I got the call at 9:00 am. They wanted me to go to a Central Park West address, the home of Michael Douglas and Catherine Zeta Jones. The celebrity couple had just had their second child, a girl, two days earlier, and were expected back from the hospital at any moment.
Rounding the corner in front of the address, I got my first look at the scene; one clean city block facing the park, loosely strewn with five or six disheveled men, none of whom looked like they belonged there, all holding cameras, all looking around warily. I was detected immediately and for a short while, watched closely. With a camera bag around my shoulder as well as a camera, I slowly went through the pointless process of trying to blend in. I checked the exits -- there were two, the front and a side service exit. I spoke sparingly with other photographers, asking them how long they'd been there, reading their levels of territorial hatred, their press badges and their equipment choices while we talked.
Two Englishmen from Splash were there and hovered furtively near an SUV parked at the curb. One wore a camera and the other wore a grey and pea green tie.
"I'm the wordsmith," said the tie, and then he chuckled.
The one with a camera wore hungry and pained expressions. Talking looked like it hurt him. I asked him what it was like working for Splash and he said it was all right; there were hard times and good and, ya know, in this business, you've got to take them all. He seemed like a nice guy with a short time to live. His eyes were quick in their sockets and unusually watery, as though he had recently been crying.
There was one grey pirate-like man dressed in black who seemed nonplussed yet alert. He looked like a pro, like someone who had seen it all, and was not particularly impressed. He was a little intimidating and something about his demeanor seemed to simmer. Sure enough, he turned out to be Steve Hirsch, from the New York Post. I had seen many good Steve Hirsch photos in the past but this was the first time I'd met him. I praised him for some recent work. He had taken a running shot of one of the three Chinese siblings who were arrested and then released in the mysterious murder of a bouncer, Dana Blake. (Blake was in the process of physically removing a man named Johnathon Chan from an Avenue B night club -- Chan had been smoking, in violation of the recent city-wide ban -- when he was set upon by Chan's brothers and one other knife-wielding Philipino man. Blake was stabbed in the groin and died eleven hours later.)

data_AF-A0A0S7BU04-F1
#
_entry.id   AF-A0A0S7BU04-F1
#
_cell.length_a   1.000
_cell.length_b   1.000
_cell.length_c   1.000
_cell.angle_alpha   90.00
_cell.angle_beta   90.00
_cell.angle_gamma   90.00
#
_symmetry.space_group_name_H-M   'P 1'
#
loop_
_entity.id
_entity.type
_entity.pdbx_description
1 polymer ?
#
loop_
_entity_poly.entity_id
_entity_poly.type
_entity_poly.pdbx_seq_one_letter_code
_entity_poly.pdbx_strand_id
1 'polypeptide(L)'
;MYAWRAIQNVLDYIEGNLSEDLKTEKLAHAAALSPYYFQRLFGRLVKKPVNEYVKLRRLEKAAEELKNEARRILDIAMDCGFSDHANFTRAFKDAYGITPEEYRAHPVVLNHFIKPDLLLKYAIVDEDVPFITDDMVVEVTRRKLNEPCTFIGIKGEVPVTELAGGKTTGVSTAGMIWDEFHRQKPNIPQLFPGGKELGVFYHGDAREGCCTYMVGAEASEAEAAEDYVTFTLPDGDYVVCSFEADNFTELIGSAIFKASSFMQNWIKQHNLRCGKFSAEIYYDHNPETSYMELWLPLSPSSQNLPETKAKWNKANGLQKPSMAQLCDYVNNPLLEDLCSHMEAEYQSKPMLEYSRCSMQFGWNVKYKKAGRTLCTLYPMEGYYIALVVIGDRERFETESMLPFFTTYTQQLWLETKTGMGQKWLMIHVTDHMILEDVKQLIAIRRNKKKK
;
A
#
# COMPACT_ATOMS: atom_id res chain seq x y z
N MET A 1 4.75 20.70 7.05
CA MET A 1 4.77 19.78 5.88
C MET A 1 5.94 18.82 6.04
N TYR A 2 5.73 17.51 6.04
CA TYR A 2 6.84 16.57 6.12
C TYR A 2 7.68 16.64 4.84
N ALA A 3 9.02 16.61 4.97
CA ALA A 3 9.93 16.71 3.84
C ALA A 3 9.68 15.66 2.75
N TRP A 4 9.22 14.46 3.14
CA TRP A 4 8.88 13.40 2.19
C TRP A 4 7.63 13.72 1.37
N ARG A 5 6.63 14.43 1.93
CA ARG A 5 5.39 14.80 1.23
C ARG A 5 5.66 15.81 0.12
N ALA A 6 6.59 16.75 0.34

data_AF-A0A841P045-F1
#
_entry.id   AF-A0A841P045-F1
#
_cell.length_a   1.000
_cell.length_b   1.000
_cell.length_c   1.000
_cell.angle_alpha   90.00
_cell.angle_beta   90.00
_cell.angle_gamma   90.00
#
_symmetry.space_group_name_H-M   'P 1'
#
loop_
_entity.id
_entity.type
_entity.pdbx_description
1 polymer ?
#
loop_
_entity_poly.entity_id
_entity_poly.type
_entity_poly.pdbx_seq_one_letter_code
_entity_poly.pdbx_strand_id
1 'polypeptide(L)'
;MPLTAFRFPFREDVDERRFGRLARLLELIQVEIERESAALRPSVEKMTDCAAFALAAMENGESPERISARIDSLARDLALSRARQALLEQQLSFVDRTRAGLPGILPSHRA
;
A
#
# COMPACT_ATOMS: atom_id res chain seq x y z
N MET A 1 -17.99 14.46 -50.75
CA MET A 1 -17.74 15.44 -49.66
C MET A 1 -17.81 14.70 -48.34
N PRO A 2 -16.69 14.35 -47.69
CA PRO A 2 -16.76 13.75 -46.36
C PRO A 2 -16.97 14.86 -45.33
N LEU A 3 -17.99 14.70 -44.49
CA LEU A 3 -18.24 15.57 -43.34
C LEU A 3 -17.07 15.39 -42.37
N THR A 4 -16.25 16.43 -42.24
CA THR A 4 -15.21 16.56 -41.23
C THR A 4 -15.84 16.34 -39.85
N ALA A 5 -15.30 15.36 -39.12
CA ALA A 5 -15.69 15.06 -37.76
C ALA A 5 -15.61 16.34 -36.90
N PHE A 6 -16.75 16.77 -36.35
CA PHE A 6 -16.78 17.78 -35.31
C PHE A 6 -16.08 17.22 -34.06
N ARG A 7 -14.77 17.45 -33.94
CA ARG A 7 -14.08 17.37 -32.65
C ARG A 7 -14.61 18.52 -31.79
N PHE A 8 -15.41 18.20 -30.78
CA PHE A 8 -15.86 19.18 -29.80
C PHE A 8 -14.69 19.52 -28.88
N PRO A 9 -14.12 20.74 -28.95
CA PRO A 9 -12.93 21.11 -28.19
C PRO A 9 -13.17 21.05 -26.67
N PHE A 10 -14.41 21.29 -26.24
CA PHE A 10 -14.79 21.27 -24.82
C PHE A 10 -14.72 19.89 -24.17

Steve had taken a great photograph of Chan leaving his attorney's office shortly after being released.
"He said, Don't take my picture, and you know what I told him? Fuck you," Said Steve. He grinned. I was delighted.
We were standing at the corner so we could see both exits. We waited a long time, maybe two hours. A Swedish video guy from Reuters piled out of a cab with a giant video camera and "sticks" (his tripod). He had a friend who lived around the corner who came by and brought him coffee. The Swede had been all over the world and I liked his humble manner.
"Who are you shooting for today?" asked Steve.
"Getty," said Keith. "They called me at 9:00 and said how soon can you get there and I said, I'm leaving now."
"So what took you so long?" asked Steve.
"I stopped and got coffee."
Keith was good at affecting the image of a lazy photographer but I'd seen him run very fast before. He's probably a good guy but he has the annoying habit of testing his flash constantly on anyone who is standing near him. It is almost a nervous tic, though he ostensibly does it to make sure his flash isn't too hot.
He takes three pictures, "chimps" (examines the digital pictures on the back of his camera), adjusts his flash, and then takes three more. He'll squeeze off twenty or more frames this way, every quarter hour. It's endless. I suspect he's also collecting images of other journalists and in a way this is a brilliant method of doing it. Steve Hirsch was his subject this time and stared blankly back in to the camera.
"This is no way to live," said Keith eventually, imitating someone. He grinned and lurched off to go speak with the English guys by the SUV.